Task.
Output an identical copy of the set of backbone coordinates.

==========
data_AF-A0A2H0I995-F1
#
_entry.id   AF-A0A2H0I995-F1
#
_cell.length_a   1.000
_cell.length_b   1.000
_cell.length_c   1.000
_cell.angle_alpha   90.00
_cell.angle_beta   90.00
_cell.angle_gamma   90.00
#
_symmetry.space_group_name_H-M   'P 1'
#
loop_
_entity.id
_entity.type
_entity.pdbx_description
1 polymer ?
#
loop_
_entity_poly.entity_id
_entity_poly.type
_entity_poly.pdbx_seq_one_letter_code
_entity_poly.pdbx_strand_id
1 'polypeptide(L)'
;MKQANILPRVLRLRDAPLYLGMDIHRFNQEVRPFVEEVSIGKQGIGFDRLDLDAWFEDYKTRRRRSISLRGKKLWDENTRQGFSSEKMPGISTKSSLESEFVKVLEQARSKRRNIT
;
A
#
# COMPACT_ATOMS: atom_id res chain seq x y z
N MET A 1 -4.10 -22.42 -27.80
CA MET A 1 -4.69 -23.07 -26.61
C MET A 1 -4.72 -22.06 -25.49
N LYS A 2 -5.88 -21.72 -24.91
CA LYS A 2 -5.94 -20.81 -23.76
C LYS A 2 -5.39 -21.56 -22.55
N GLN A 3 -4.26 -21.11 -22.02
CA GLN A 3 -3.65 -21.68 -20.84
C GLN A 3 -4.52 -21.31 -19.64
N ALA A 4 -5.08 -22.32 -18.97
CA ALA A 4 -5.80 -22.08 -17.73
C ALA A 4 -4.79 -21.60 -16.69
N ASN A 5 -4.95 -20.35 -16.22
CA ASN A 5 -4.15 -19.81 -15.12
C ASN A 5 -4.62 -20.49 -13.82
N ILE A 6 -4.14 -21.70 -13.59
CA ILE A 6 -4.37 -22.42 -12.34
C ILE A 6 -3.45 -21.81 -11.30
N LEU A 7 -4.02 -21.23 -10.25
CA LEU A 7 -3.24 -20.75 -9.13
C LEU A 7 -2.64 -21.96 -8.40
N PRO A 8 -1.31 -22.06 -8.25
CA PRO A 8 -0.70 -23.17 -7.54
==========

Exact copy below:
data_AF-A0A2H0I995-F1
#
_entry.id   AF-A0A2H0I995-F1
#
_cell.length_a   1.000
_cell.length_b   1.000
_cell.length_c   1.000
_cell.angle_alpha   90.00
_cell.angle_beta   90.00
_cell.angle_gamma   90.00
#
_symmetry.space_group_name_H-M   'P 1'
#
loop_
_entity.id
_entity.type
_entity.pdbx_description
1 polymer ?
#
loop_
_entity_poly.entity_id
_entity_poly.type
_entity_poly.pdbx_seq_one_letter_code
_entity_poly.pdbx_strand_id
1 'polypeptide(L)'
;MKQANILPRVLRLRDAPLYLGMDIHRFNQEVRPFVEEVSIGKQGIGFDRLDLDAWFEDYKTRRRRSISLRGKKLWDENTRQGFSSEKMPGISTKSSLESEFVKVLEQARSKRRNIT
;
A
#
# COMPACT_ATOMS: atom_id res chain seq x y z
N MET A 1 -4.10 -22.42 -27.80
CA MET A 1 -4.69 -23.07 -26.61
C MET A 1 -4.72 -22.06 -25.49
N LYS A 2 -5.88 -21.72 -24.91
CA LYS A 2 -5.94 -20.81 -23.76
C LYS A 2 -5.39 -21.56 -22.55
N GLN A 3 -4.26 -21.11 -22.02
CA GLN A 3 -3.65 -21.68 -20.84
C GLN A 3 -4.52 -21.31 -19.64
N ALA A 4 -5.08 -22.32 -18.97
CA ALA A 4 -5.80 -22.08 -17.73
C ALA A 4 -4.79 -21.60 -16.69
N ASN A 5 -4.95 -20.35 -16.22
CA ASN A 5 -4.15 -19.81 -15.12
C ASN A 5 -4.62 -20.49 -13.82
N ILE A 6 -4.14 -21.70 -13.59
CA ILE A 6 -4.37 -22.42 -12.34
C ILE A 6 -3.45 -21.81 -11.30
N LEU A 7 -4.02 -21.23 -10.25
CA LEU A 7 -3.24 -20.75 -9.13
C LEU A 7 -2.64 -21.96 -8.40
N PRO A 8 -1.31 -22.06 -8.25
CA PRO A 8 -0.70 -23.17 -7.54